The doping scandal unfolding before our eyes, with the International Olympic Committee this week banning Russia from participating as a nation at the 2018 Winter Games in South Korea, is instructive for those trying to map Russia's future .
Read between the lines, and it is clear that nothing in Russia will change until President Vladimir Putin leaves the scene. Internal corruption will not change. The way in which Moscow deals with the international community will not change. Attempts to cheat at the Olympic Games will not end.
There is a very simple reason for this. Mr. Putin, although I do not believe he continues to believe in communism, still believes in the Soviet Union or, more specifically, in the tactics used by the USSR to make Russia great again after the fall of the monarchy 100 years ago. years.
Mr. Putin grew up admiring the glory of the Soviet athletes. For the Soviet Union, sport was another way to compete with the West, to show that the communist way of life was superior, to inculcate patriotism and to defeat the opponents of the USSR on the carpet and the track, not on the battlefield . In this line of thinking, anything goes. A systematic plan sponsored by the state for drug athletes is not out of place.
Sport is the favorite pastime of the Russians for this reason. The Soviet athletes were demigods, promoted by the state to show their vitality. This is the genesis of the popular fury at this moment in Russia regarding the Olympic ban. When caught, they deny, deny, deny and blame the West, accuse the United States of interfering with their elections and talk about the construction of Satan's missile that can destroy a country the size of Texas.
Russia's rapid rise in military spending is also a throwback to Soviet times. Although it is still far below what the US. UU They spend in absolute terms, the Russian military budget is many times higher in terms of percentage of GDP. And as Madeleine Albright, President Clinton's secretary of state, asked: "What good is it to have this magnificent army that you always talk about if we can not use it?"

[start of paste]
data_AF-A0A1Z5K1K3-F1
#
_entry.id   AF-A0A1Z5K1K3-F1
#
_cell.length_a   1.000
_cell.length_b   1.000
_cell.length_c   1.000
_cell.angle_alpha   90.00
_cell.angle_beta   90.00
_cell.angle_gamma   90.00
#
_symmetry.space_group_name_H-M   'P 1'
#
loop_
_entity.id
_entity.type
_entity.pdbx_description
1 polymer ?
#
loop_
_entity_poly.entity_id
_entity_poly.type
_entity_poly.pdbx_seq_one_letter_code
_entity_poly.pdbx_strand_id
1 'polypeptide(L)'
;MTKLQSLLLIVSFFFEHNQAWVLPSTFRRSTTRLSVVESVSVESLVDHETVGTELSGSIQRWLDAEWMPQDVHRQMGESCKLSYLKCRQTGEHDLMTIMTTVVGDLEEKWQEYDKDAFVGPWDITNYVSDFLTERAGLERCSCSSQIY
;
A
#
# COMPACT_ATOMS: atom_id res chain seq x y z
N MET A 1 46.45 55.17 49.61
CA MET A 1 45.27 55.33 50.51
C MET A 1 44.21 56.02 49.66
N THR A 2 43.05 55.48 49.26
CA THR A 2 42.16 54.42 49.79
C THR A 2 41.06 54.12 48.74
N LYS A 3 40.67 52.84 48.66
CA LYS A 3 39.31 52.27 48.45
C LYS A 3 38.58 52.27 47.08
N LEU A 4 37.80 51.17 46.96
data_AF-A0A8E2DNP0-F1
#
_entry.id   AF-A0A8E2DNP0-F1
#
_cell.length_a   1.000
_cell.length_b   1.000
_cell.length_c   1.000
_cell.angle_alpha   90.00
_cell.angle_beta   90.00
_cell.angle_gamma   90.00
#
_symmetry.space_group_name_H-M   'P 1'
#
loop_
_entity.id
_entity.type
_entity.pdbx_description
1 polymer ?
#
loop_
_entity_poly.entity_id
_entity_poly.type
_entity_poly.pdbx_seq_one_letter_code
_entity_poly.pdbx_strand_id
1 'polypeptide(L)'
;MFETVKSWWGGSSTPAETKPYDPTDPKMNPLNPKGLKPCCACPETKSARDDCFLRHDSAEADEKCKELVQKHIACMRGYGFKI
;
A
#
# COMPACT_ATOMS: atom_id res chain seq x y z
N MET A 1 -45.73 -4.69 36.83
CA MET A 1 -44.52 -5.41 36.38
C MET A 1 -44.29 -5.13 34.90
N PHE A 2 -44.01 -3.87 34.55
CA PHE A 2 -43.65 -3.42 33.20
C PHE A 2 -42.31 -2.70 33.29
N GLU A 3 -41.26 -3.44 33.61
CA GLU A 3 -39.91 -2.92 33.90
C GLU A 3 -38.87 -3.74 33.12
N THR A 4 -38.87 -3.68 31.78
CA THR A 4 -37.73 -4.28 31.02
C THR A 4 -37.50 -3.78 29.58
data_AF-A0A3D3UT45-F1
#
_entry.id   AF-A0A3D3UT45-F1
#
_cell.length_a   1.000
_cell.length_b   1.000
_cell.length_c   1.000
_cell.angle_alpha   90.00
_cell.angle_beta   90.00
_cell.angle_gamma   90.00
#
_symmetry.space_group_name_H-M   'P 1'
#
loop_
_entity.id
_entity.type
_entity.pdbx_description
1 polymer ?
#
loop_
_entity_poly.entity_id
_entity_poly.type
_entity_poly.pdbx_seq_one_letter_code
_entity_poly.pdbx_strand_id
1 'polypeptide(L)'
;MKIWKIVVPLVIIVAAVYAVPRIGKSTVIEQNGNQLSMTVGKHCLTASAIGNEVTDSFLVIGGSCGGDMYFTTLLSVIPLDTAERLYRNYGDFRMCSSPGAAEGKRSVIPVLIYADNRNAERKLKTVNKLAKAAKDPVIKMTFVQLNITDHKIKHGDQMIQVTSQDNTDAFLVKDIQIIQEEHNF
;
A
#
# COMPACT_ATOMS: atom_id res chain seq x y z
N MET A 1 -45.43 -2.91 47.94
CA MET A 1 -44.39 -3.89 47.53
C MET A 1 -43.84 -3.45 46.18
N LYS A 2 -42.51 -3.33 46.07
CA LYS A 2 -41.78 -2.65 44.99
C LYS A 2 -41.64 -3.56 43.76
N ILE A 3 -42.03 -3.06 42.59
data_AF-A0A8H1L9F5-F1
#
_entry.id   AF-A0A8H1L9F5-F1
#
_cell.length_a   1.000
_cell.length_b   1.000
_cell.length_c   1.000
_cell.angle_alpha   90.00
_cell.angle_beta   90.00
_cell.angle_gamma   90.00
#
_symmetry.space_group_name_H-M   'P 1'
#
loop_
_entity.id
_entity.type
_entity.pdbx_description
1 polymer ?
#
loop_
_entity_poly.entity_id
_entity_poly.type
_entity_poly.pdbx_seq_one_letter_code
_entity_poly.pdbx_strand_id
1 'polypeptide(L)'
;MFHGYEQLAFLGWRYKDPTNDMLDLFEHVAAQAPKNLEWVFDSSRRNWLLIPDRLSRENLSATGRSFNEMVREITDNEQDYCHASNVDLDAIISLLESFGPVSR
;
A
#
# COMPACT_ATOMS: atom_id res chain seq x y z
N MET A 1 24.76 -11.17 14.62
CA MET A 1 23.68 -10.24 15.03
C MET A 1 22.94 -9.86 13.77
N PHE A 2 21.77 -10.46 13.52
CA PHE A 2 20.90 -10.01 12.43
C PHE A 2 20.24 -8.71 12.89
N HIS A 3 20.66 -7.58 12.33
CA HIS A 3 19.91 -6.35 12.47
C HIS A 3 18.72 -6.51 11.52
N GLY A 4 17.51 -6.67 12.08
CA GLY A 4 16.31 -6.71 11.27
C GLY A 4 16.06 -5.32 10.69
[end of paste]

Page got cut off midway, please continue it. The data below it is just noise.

Russian actions in Syria, Crimea and eastern Ukraine I also remember the old Soviet playbook. The Soviet Union lobbied to exert influence around the world, especially along its border with Europe and the Middle East. The global influence is what Mr. Putin wants, so he is using Soviet tactics to recover it. The use of cyberwar against the West, attempts to discredit our democracy and our way of life, are also classic tactics of the KGB.
Many argue that it was the West's fault that Russia has not joined the community of free nations after the turbulent 1990s. The argument is that we do not demonstrate enough magnanimity and help the nascent Russian state. It is probably true that the "deep state" of US security. UU At that time it would not have allowed a complete thaw in relations with the Russian Federation. However, it is also true that Russia also has a deep state culture embedded, one with a natural animosity towards democracy, freedom and the US. UU
I think the United States should be closer to Russia. I think we have much more in common than many people think. Russia experienced the communism that our millennials say they crave. They could teach a lot to our younger generation. The attempted sabotage by the establishment of President Trump and the rabid and anti-Russian hysteria between the left and our media are ridiculous and dangerous.
However, Russia also has some responsibility for our joint future.
There is no way Russia will end the massive military parades, which mean Victory Day over the Nazis, under the current government. And Russia simply can not bury Lenin. The older Soviet generation simply will not allow it. I predict that, when Lenin is buried, when Mr. Putin leaves, when the previous generation fades into history, Russia will finally have the opportunity for a different future. Until these things happen, however, it will not.
• L. Todd Wood is a Special Operations Helicopter Pilot and Wall Street Debt Trader, and has contributed to Fox Business, The Moscow Times, The National Review, The New York Post and many other publications. He can be contacted through his website, LToddWood.com.